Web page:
Native to the Mediterranean region, the artichoke is the edible flower bud of a thistle-like plant in the sunflower family. While its thorny leaves may deter us from approaching it; a treasure lies at its heart.
Although artichokes have been eaten for more than 3000 years. California produces 100 percent of the U.S. commercial artichoke crop, rivaled in popularity only in France and Italy.
Artichokes are a good dietary source of phosphorus, magnesium, iron, niacin, vitamin B1 and vitamin B2, and includes some folate, manganese, and zinc. Artichokes have been shown to have antioxidant, anti-fungal, anti-genotoxic, liver-protective and hypoglycemic activities, as well as reducing cholesterol and ameliorating indigestion and irritable bowel syndrome.
There are over 200 scientific articles on artichoke or one of its phytochemical. Researchers at the University of Georg-August in Germany showed that one of its phytochemical interfered with estrogen receptor which promoted the secretion of PSA in prostate cancer. Furthermore, this functional food possesses the ability to inhibit the angiogenesis related to cancer. Other studies demonstrated anti-proliferation and apoptotic proprieties and also inhibit inflammation.
In 2008, scientists from Rome showed that the edible parts of the artichoke had a “marked antioxidative potential” that protects normal liver cells from oxidative stress. It also reduced the viability of cancer cells and led to their programmed cell death, or apoptosis. (Miccadei S, Di Venere D, Cardinali A, et al. Antioxidative and apoptotic properties of polyphenolic extracts from edible part of artichoke (Cynara scolymus L) on cultured rat hepatocytes and on human hepatoma cells. Nutr Cancer. 2008;60:276-283)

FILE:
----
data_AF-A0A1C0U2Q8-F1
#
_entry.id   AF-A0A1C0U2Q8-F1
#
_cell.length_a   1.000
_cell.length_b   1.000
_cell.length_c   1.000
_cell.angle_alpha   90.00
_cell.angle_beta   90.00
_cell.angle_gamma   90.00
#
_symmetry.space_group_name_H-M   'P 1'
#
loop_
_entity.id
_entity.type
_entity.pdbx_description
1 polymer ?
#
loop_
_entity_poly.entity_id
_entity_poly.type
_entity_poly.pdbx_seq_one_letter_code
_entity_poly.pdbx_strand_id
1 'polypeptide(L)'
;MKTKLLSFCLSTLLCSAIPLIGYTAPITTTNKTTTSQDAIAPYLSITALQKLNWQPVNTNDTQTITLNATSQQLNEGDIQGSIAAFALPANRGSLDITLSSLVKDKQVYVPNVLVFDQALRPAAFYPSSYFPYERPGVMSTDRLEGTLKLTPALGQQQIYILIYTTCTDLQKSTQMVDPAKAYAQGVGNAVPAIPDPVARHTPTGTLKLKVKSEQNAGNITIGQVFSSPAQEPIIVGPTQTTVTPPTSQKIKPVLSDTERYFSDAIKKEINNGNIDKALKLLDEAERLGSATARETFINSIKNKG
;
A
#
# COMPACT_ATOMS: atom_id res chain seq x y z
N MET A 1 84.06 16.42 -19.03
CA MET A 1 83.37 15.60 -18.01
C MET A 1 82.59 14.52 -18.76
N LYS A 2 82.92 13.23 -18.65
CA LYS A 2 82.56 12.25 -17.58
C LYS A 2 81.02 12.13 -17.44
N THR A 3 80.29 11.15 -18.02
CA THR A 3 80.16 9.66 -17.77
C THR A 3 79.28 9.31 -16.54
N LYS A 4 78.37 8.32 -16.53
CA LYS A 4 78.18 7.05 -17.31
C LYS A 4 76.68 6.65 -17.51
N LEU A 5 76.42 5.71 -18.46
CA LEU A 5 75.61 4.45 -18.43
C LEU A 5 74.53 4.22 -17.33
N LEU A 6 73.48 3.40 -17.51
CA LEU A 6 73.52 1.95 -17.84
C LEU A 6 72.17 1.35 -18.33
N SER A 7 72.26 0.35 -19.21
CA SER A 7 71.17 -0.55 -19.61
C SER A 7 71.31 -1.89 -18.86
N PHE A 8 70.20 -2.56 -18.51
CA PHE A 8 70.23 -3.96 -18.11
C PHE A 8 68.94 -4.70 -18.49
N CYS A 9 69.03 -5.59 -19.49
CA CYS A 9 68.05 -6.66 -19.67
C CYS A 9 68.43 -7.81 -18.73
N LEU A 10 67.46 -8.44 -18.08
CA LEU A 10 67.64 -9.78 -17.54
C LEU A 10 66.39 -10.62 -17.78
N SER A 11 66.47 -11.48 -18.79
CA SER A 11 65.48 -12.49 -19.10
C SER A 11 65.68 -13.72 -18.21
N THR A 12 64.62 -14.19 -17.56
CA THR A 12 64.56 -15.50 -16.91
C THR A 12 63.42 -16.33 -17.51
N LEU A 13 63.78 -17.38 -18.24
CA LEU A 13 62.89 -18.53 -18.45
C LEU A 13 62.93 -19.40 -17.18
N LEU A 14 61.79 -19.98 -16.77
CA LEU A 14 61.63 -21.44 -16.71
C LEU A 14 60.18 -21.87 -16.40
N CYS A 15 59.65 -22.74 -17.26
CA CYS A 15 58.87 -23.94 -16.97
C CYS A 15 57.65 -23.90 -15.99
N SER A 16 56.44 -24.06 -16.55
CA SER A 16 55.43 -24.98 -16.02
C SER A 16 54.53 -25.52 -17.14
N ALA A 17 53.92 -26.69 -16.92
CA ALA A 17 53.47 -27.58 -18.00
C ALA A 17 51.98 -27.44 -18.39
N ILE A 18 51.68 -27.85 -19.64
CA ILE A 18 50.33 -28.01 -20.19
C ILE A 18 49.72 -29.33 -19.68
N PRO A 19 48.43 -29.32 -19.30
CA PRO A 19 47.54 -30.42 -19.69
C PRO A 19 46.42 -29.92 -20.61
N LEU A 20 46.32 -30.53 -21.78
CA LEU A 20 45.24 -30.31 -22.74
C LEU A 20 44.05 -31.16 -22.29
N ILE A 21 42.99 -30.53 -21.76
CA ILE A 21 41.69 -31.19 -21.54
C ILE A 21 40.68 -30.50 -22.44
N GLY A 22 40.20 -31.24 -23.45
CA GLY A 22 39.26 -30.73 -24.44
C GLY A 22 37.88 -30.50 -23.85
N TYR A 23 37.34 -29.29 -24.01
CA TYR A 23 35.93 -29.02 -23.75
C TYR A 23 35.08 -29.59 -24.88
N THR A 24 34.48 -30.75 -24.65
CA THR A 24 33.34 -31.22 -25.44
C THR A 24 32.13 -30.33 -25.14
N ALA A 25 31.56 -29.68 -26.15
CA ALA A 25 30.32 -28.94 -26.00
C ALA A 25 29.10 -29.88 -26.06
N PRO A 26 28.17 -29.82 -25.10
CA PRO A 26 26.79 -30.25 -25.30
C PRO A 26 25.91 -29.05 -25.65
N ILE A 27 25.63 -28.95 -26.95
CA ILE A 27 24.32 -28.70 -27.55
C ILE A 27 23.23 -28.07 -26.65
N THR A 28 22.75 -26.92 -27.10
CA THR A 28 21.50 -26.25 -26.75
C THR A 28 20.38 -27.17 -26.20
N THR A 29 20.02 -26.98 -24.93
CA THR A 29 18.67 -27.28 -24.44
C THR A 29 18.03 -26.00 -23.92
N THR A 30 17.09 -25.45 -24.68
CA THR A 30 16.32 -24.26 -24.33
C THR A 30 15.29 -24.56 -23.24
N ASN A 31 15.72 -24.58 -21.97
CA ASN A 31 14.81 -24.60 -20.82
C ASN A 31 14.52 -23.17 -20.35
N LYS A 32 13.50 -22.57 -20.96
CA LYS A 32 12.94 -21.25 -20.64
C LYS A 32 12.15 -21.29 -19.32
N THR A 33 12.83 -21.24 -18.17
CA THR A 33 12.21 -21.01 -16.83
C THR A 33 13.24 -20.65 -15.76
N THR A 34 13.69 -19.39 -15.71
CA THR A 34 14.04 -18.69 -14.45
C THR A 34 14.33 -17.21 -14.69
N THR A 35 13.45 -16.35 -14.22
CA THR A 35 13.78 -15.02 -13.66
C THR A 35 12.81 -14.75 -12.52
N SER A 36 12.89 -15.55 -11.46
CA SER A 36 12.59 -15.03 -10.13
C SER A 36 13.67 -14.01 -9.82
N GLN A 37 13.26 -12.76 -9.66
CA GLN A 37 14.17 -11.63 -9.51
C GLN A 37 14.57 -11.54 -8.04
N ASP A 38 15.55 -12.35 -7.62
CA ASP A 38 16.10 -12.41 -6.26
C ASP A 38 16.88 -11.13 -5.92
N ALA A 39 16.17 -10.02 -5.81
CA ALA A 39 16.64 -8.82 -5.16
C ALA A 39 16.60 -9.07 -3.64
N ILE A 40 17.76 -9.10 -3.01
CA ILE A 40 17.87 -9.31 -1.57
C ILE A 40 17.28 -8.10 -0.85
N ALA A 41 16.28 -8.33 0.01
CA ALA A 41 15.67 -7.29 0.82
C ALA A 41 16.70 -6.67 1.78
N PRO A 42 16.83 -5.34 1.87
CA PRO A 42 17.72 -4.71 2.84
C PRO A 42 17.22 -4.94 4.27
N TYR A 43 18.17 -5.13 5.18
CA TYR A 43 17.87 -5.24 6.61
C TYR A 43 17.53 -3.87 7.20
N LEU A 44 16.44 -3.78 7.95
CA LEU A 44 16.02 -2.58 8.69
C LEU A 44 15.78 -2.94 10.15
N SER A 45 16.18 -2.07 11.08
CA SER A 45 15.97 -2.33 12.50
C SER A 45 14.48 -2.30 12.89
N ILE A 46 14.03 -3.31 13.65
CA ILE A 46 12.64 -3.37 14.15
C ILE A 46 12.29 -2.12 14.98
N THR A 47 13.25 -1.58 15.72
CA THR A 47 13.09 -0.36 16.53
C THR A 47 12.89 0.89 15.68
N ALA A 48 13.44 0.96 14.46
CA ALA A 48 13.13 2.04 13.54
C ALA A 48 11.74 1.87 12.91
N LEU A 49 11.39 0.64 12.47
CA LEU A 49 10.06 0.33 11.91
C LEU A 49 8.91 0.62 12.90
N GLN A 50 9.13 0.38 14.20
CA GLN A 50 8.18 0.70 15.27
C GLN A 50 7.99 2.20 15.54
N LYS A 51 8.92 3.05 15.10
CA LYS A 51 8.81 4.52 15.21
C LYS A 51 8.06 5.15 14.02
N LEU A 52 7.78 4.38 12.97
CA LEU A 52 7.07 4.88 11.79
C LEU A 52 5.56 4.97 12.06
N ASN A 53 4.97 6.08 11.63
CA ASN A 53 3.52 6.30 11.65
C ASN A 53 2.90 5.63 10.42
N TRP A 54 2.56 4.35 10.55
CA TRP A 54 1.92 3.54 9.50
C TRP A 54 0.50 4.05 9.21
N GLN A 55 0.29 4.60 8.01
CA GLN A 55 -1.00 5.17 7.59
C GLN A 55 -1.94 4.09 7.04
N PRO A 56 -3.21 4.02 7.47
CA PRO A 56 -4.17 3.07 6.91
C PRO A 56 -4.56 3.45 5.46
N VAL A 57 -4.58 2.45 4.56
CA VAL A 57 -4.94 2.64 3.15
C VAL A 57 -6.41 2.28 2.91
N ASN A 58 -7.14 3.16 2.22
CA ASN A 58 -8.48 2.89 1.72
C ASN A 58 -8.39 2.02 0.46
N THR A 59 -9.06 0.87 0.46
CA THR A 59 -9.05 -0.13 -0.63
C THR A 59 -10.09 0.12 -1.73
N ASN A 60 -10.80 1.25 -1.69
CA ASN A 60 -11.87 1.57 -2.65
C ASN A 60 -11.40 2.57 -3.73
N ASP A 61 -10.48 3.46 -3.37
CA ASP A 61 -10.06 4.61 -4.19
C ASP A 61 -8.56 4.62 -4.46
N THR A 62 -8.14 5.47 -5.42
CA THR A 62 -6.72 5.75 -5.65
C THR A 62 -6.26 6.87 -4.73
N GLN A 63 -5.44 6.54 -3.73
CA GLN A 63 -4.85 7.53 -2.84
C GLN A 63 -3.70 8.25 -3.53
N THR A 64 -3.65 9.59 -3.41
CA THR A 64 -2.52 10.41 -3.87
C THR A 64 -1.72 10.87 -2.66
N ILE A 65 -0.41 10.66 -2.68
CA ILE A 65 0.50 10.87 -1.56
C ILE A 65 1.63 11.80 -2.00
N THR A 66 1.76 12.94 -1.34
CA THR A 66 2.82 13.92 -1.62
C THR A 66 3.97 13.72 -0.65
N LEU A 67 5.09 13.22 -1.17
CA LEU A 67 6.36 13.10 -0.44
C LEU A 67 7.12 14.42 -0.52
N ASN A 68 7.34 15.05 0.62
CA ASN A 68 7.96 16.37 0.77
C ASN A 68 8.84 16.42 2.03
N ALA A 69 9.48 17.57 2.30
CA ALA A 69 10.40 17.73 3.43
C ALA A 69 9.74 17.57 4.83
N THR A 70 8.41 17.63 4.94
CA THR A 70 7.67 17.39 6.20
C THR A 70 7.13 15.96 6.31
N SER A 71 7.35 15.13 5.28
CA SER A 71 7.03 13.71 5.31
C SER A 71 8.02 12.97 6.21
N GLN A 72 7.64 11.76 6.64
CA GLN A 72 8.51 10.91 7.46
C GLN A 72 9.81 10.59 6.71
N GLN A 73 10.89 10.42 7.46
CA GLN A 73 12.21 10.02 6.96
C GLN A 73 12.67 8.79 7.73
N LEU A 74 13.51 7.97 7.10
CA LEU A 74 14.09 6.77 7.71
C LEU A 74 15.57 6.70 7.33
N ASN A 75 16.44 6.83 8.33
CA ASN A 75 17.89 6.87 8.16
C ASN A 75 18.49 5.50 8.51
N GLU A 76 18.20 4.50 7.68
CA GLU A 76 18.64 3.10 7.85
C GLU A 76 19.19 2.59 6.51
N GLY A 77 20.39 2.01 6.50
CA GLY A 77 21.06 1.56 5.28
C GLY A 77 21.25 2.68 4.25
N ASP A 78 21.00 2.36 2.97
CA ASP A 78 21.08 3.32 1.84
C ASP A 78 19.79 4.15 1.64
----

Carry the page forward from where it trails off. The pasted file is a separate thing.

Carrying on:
Artichoke extract has been shown to inhibit proliferation and induce apoptosis in triple negative breast cancer cells in the laboratory. Flavone components of artichoke (apigenin and luteolin) have been shown to induce apoptosis across a variety of breast cancer cell lines.
So, artichoke seems like a healthy veggie choice!
You can simply steam or add artichokes to stews, but for those who can't do that every day and want a more consistent ingestion, there are supplements made from concentrated leaf extract. They are not expensive: on the Internet they sell for 5 to 10 cents per capsule.
A standard dose has not been established, but in studies on indigestion patients have taken one to two 320 mg capsules three times per day, preferably with meals.
1. Nutr Cancer. 2008;60(2):276-83. Antioxidative and apoptotic properties of polyphenolic extracts from edible part of artichoke (Cynara scolymus L.) on cultured rat hepatocytes and on human hepatoma cells. Miccadei S, Di Venere D, Cardinali A, Romano F, Durazzo A, Foddai MS, Fraioli R, Mobarhan S, Maiani G. 2. Phytother Res. 2008 Feb;22(2):165-8. Growth inhibitory effect of ethyl acetate-soluble fraction of Cynara cardunculus L. in leukemia cells involves cell cycle arrest, cytochrome c release and activation of caspases. Nadova S, Miadokova E, Mucaji P, Grancai D, Cipak L.
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